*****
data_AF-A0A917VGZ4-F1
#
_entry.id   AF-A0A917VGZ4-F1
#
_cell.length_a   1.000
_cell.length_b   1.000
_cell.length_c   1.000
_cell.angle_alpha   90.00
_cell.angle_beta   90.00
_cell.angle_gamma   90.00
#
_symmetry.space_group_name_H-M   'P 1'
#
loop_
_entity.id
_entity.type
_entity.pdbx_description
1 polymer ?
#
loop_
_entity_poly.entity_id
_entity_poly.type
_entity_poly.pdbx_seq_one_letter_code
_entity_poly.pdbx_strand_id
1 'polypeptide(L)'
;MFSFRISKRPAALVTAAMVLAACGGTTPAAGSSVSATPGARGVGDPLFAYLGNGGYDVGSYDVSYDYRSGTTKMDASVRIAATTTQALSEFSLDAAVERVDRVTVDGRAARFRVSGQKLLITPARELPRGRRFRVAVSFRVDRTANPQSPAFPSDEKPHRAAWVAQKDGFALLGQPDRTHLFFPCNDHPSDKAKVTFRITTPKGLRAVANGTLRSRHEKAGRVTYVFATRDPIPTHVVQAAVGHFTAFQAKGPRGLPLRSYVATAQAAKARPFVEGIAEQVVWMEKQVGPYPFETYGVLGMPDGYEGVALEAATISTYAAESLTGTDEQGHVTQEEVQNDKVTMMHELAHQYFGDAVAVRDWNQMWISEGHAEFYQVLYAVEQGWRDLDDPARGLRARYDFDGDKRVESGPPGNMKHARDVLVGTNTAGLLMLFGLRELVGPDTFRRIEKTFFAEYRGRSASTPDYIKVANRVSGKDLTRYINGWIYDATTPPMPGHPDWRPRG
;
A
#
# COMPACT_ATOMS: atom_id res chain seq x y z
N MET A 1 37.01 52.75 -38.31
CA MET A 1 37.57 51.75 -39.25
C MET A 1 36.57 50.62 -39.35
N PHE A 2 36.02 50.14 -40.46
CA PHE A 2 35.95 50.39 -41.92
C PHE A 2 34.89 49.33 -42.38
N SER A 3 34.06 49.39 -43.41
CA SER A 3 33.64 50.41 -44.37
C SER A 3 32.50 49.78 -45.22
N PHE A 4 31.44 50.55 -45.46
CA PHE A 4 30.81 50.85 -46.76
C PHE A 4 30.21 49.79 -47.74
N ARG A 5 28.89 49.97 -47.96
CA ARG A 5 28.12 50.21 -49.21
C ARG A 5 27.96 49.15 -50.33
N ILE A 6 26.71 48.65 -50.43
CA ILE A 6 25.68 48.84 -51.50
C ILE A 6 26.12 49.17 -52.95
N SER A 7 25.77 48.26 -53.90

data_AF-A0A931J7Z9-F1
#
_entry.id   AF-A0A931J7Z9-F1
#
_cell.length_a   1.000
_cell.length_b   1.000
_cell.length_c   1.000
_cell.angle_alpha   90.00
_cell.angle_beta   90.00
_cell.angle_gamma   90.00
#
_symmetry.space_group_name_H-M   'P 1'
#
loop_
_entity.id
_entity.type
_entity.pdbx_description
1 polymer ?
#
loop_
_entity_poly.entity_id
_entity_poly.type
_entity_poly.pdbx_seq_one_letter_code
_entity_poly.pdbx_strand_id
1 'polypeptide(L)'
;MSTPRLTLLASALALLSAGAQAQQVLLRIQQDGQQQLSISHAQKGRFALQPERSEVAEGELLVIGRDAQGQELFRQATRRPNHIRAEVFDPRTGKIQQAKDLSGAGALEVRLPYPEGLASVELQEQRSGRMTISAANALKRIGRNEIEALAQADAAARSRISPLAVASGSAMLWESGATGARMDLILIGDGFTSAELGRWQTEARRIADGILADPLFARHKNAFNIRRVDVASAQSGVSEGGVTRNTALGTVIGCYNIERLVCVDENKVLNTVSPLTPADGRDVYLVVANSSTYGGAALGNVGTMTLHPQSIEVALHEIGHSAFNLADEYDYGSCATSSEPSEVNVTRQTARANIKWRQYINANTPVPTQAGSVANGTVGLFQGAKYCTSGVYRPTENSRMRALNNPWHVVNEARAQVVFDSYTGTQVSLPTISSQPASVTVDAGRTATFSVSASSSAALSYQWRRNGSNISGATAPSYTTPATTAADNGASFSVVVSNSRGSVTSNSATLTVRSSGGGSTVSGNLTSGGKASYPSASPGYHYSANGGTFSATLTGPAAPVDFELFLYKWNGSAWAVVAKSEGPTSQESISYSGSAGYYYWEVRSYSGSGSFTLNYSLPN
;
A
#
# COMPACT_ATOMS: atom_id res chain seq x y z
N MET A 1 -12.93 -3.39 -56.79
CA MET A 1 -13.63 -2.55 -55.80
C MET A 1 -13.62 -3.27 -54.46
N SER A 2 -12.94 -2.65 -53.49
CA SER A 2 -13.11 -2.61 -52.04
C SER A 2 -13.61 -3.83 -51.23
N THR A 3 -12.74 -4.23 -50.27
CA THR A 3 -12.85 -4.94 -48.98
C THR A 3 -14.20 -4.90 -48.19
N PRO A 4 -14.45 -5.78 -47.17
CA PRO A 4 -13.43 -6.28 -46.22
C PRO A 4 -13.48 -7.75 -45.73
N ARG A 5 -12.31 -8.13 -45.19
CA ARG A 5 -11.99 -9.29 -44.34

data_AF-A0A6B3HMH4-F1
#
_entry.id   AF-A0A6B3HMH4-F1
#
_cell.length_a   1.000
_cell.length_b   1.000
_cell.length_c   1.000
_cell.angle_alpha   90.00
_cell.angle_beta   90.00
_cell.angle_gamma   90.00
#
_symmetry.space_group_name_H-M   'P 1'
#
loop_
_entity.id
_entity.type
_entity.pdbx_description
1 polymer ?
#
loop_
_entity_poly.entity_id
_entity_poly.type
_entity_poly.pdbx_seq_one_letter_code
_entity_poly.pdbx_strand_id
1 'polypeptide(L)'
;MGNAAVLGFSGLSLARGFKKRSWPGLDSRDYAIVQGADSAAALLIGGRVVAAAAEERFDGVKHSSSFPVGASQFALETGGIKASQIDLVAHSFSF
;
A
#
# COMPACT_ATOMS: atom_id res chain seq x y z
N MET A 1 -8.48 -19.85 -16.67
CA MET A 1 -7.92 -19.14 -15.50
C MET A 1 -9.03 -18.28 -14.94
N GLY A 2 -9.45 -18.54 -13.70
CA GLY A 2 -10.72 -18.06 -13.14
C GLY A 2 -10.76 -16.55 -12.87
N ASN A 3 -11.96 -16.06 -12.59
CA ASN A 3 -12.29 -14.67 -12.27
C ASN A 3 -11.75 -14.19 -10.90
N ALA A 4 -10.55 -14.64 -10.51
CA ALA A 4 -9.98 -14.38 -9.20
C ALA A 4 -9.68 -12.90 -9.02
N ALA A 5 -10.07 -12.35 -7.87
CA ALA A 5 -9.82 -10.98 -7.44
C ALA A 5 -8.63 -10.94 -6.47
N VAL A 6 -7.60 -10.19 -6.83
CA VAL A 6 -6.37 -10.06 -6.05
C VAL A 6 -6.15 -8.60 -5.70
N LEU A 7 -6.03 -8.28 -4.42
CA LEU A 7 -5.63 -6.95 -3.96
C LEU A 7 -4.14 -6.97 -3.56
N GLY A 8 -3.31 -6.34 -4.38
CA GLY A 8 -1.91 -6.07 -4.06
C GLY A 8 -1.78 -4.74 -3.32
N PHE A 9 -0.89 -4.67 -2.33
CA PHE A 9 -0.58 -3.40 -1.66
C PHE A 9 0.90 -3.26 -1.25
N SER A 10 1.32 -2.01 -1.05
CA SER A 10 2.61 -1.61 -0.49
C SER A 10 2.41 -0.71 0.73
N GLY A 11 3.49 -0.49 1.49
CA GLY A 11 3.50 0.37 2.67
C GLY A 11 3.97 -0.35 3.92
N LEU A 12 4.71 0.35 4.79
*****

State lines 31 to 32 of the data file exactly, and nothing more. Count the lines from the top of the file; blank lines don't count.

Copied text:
N MET A 1 37.01 52.75 -38.31
CA MET A 1 37.57 51.75 -39.25